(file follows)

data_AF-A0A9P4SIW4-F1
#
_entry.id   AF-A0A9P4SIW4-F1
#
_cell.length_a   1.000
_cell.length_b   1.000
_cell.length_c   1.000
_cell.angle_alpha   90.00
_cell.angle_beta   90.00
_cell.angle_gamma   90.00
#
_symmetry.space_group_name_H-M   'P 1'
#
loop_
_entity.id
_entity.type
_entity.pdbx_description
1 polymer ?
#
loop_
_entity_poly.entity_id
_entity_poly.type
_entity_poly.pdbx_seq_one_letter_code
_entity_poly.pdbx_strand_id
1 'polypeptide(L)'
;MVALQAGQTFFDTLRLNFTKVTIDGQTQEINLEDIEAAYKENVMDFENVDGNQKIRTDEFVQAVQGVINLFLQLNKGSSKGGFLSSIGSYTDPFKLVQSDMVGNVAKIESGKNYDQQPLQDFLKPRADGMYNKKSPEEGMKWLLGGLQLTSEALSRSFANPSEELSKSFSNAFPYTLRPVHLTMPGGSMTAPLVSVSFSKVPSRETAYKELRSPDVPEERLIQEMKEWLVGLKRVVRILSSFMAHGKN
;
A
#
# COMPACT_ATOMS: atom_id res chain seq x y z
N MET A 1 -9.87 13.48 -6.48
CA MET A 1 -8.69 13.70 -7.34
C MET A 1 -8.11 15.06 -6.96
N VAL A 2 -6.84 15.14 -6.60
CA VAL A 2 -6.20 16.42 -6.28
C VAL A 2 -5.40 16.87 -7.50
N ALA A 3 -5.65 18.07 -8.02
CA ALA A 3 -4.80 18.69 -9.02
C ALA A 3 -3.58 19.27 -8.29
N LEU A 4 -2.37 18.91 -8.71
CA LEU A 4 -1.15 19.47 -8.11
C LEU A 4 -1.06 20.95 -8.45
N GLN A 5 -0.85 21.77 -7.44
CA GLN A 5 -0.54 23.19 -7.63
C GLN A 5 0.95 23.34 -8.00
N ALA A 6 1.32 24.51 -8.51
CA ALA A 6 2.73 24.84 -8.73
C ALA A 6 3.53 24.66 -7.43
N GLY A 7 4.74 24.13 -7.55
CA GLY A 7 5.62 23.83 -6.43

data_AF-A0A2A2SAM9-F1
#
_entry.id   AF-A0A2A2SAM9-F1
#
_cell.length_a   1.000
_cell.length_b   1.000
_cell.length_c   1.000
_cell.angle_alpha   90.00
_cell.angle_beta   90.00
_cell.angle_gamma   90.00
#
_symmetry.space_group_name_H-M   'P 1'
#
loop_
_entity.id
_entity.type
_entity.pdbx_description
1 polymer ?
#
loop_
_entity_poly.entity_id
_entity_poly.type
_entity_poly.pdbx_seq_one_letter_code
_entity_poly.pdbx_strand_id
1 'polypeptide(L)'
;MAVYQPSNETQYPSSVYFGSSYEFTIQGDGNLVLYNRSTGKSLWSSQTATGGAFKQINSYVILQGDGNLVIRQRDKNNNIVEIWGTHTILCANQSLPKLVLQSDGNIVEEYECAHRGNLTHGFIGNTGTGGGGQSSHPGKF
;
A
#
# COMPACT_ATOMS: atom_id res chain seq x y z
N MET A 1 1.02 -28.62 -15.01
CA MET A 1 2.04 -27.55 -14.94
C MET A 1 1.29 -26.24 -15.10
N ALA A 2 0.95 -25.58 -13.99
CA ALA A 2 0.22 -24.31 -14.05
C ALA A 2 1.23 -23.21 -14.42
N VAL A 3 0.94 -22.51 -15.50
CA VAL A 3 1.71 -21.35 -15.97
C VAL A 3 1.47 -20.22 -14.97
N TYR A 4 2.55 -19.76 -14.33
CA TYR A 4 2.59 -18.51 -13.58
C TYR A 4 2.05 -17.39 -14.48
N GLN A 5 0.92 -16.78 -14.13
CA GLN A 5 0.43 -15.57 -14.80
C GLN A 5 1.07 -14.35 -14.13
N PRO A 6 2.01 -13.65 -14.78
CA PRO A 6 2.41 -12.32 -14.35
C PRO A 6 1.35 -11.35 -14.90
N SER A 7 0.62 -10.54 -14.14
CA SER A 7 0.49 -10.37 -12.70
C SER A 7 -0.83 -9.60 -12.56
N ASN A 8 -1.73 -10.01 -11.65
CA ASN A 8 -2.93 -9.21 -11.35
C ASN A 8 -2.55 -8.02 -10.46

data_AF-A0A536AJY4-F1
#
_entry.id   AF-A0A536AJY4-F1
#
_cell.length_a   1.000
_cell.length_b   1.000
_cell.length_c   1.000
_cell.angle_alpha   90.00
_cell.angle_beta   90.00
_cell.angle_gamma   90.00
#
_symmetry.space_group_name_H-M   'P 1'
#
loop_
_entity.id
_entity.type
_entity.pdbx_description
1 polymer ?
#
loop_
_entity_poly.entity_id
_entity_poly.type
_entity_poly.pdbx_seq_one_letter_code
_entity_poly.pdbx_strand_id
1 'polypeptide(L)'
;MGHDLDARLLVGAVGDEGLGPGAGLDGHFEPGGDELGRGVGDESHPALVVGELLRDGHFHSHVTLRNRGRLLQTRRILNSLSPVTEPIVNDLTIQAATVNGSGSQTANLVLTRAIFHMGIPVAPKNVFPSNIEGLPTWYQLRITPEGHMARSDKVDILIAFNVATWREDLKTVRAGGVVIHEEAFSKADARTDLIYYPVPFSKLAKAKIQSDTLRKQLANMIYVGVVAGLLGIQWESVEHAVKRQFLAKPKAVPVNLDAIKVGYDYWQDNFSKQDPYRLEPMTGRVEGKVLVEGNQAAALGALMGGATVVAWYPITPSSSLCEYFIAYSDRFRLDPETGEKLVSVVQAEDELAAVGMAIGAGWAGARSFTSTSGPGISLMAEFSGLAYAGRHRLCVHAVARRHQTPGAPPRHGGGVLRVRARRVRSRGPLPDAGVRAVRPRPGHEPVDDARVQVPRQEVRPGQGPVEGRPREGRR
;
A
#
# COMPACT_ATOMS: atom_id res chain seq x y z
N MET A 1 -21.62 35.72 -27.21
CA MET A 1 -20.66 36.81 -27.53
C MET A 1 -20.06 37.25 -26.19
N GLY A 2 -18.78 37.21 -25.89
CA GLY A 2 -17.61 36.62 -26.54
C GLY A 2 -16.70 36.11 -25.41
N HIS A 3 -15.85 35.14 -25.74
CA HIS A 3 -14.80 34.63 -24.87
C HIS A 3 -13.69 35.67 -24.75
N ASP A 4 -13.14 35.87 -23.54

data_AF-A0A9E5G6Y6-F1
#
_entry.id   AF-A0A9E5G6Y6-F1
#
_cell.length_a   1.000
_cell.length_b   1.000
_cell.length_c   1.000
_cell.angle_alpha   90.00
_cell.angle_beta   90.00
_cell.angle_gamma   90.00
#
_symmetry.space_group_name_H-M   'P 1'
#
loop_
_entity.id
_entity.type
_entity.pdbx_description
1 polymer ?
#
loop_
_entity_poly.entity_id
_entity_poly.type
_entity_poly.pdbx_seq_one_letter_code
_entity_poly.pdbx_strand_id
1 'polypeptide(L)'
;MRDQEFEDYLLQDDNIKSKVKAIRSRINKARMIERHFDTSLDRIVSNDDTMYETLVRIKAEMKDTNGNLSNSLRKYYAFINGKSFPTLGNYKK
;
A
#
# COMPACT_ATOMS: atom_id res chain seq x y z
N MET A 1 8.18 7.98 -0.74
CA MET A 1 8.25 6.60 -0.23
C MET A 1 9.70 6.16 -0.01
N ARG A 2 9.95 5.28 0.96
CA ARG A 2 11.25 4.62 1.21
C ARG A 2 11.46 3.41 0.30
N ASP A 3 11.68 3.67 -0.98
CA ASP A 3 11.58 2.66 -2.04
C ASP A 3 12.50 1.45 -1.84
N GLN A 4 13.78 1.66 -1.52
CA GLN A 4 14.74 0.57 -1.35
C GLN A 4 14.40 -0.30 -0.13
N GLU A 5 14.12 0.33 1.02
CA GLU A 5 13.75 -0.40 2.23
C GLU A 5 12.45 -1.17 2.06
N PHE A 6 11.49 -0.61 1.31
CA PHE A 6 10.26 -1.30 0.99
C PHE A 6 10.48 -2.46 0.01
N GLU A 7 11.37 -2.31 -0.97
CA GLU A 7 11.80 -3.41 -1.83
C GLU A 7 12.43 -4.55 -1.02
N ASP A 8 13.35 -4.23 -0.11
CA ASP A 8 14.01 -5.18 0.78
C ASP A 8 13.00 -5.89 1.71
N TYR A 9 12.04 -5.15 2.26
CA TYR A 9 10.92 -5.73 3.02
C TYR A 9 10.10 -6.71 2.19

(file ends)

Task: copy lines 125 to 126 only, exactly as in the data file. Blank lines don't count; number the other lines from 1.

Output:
_entity_poly.entity_id
_entity_poly.type